More Confusing Terms for the Glossary: University, Associate’s Degree

by Jessica Stahl - Posts (449). Posted Friday, March 18th, 2011 at 3:39 pm

dictionary and thesaurusLast week we started a glossary of confusing terms you might encounter when applying to U.S. colleges. We defined the word “college,” which has a very different meaning in the U.S. than in most other English-speaking countries, as well as the words “community college,” “bachelor’s degree,” and more.

» Visit the Glossary

We also asked for your feedback to suggest other terms we should define, and here are two of the words you asked for. You can suggest more words to add using the Glossary Suggestion Form at the bottom of this page or by leaving a comment:

1) University

One of you asked for more clarification about the difference between a college and a university. Unfortunately, the difference is not well-defined, and often the same schools could just as easily be called a college as a university.

University of Virginia

In the United States, college and university refer to basically the same thing – a degree-granting institute of higher education.

In general, a college is undergraduate-focused, while a university also includes graduate-level studies (master’s and PhD programs) and research components (ie: Harvard College is the undergraduate component of Harvard University).

But in everyday speech, you’ll hear Americans use the word “college” to refer to the level of education after high school. If you’re coming to the U.S. for higher education, you can look at schools that are called colleges or universities.

You might also hear the word “college” used to describe academic subdivisions within a university (the Washington College of Law is the law school of American University). And the word college is also used in the term “community college,” which is a school that offers two-year degrees as opposed to four-year degrees.

2) Associate’s Degree

A two-year undergraduate degree, typically awarded by community colleges and junior colleges. Some associate’s degrees are typically used as transfer degrees, meaning that after completing the two-year degree, the student would transfer their credits towards a four-year bachelor’s degree. Other associate’s degrees are career-oriented and “terminal,” meaning they train a student to pursue a certain career.

That’s the technical definition, but the person who asked us to define associate’s degree also wanted to know what it means socially to get an associate’s degree before, or rather than, a bachelor’s degree. That’s a little more complicated.

Creative commons photo by Flickr user ralphandjenny

An associate’s degree is a two-year degree, so it takes less time than a bachelor’s degree to attain and is therefore lower on the scale of academic achievement. However, that doesn’t mean there’s any sort of stigma associated with it.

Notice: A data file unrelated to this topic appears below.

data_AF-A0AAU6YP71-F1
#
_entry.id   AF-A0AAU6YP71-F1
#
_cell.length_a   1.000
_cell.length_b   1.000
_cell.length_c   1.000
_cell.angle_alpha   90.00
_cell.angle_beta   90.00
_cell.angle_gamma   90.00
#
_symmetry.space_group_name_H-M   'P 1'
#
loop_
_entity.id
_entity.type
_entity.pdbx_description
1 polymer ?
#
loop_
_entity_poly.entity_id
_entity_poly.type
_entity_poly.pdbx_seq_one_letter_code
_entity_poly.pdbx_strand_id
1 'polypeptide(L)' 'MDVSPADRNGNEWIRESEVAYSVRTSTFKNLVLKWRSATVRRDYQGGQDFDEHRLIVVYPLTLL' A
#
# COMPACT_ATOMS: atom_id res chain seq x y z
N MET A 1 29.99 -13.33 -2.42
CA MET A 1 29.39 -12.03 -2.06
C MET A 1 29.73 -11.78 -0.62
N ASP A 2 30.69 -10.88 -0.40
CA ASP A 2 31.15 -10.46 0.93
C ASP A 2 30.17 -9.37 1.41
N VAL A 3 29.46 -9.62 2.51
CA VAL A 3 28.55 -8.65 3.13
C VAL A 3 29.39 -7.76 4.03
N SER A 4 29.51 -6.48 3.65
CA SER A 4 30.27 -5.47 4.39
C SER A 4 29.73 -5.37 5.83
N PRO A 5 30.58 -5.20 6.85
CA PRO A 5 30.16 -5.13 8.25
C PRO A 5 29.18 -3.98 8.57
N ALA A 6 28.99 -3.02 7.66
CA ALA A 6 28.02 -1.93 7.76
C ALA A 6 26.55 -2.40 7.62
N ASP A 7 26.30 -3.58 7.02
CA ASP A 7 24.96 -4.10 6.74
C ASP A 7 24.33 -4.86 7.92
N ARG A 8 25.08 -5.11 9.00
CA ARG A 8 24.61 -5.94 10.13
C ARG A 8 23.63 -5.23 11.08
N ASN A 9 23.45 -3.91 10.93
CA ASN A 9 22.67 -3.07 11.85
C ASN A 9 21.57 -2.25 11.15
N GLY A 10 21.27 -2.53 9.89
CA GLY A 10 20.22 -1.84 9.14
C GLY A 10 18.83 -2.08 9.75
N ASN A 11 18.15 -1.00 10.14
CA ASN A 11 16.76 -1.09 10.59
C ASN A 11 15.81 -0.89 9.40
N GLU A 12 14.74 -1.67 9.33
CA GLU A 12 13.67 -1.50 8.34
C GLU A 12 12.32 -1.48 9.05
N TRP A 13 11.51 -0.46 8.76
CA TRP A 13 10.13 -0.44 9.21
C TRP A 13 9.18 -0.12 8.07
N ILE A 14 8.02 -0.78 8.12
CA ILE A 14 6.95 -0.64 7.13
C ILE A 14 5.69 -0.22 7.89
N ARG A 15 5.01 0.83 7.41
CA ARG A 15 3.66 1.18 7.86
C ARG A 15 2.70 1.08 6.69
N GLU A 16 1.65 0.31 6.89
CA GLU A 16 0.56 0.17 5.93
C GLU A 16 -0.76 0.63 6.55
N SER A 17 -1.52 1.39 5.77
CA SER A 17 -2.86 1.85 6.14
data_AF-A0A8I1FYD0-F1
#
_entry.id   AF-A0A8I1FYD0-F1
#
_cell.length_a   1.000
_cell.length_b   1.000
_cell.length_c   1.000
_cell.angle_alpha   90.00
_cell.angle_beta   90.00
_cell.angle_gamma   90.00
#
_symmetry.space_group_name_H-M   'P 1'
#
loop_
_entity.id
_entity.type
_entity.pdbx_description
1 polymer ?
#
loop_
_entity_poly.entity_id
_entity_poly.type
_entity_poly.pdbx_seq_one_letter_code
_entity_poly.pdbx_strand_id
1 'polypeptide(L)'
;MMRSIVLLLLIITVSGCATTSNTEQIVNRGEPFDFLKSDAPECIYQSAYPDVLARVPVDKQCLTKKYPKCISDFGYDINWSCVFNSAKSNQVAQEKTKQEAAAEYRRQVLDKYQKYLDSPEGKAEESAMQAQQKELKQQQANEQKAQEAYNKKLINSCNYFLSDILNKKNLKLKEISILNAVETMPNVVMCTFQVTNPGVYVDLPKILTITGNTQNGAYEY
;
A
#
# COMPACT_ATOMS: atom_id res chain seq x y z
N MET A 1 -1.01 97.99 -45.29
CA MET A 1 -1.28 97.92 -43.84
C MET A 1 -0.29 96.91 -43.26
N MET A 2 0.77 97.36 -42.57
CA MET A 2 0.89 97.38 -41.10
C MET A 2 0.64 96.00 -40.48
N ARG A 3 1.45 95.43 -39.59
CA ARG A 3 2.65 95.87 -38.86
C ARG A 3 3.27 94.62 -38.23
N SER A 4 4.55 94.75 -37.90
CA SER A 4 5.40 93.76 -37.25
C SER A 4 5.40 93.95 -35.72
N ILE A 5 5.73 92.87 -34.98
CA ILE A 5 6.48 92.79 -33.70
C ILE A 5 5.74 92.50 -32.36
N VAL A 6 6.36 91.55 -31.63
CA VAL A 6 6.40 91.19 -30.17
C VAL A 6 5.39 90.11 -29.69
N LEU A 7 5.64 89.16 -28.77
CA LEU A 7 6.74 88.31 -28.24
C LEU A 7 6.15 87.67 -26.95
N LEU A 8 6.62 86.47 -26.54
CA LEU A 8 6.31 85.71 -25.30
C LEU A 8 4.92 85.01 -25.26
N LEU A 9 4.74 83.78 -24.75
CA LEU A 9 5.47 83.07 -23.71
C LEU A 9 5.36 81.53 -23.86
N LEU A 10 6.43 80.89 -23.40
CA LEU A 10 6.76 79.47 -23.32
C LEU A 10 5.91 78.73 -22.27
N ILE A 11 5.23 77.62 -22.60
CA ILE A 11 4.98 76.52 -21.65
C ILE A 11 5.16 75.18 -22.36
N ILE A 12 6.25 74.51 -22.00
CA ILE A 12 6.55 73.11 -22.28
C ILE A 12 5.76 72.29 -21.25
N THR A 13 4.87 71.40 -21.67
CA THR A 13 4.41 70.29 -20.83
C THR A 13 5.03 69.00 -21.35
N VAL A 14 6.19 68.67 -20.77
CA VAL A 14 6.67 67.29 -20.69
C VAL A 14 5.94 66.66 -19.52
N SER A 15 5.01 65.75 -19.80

People get associate’s degrees for a lot of different reasons. They may be trying to save money (community colleges are typically much cheaper than four-year colleges), or they may not have had the grades in high school to get into the college they wanted. They may have other priorities that make a four-year degree too much of a commitment (many people will study for associate’s degrees after working for a few years after high school), or the degree may be what’s required to pursue a particular career.

So, there you go. Keep suggesting words for us to define, and visit the glossary to see what’s been submitted so far.

P.S. – EducationUSA reminded me that they have a glossary of terms as well. It’s different than ours, so worth checking out.

What other words do you want us to define? Use the Glossary Suggestion Form below or leave your suggestions in the comments.

3 Responses to “More Confusing Terms for the Glossary: University, Associate’s Degree”

  1. Jennifer Salisbury says:

    Jessica,

    I had no idea there was a difference in the terms “college” and “university” until I lived in Canada for a while. I got very strange looks when I would use the words interchangeably, and realized quickly they had different meanings. People, especially in Canada, were very confused when I told them I went to a military academy. They asked me “is that a college, or a university?” I still had to ask myself what the difference was. I think this is simply a nuance in terms, nothing more. Because America has a large bank of learning institutions is one major reason the lines get blurred so easily; in Canada there are not as many educational sites, which is why the difference is important. Either way, as long as people are learning I don’t really care what they call it.

    • Jessica Stahl says:

      According to Wikipedia (so ascribe to it what authority you will), the American usage came about because when the first institutions of higher education were created here by British settlers, they didn’t feel comparable to universities like Oxford and Cambridge back in England. So they called them colleges to put them on the level of the many small colleges that make up each of those universities. Interesting thought.

      I also lived in Canada for a bit, by the way :)

  2. [...] addressed the status implications of attending community college when we defined "associate's degree" for our [...]

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Glossary of Confusing Words

Find definitions of confusing words and terms about studying in the U.S. in our Glossary of Confusing Words.

All the words were submitted by YOU, so visit the glossary to see the words that have been defined already and to suggest your own.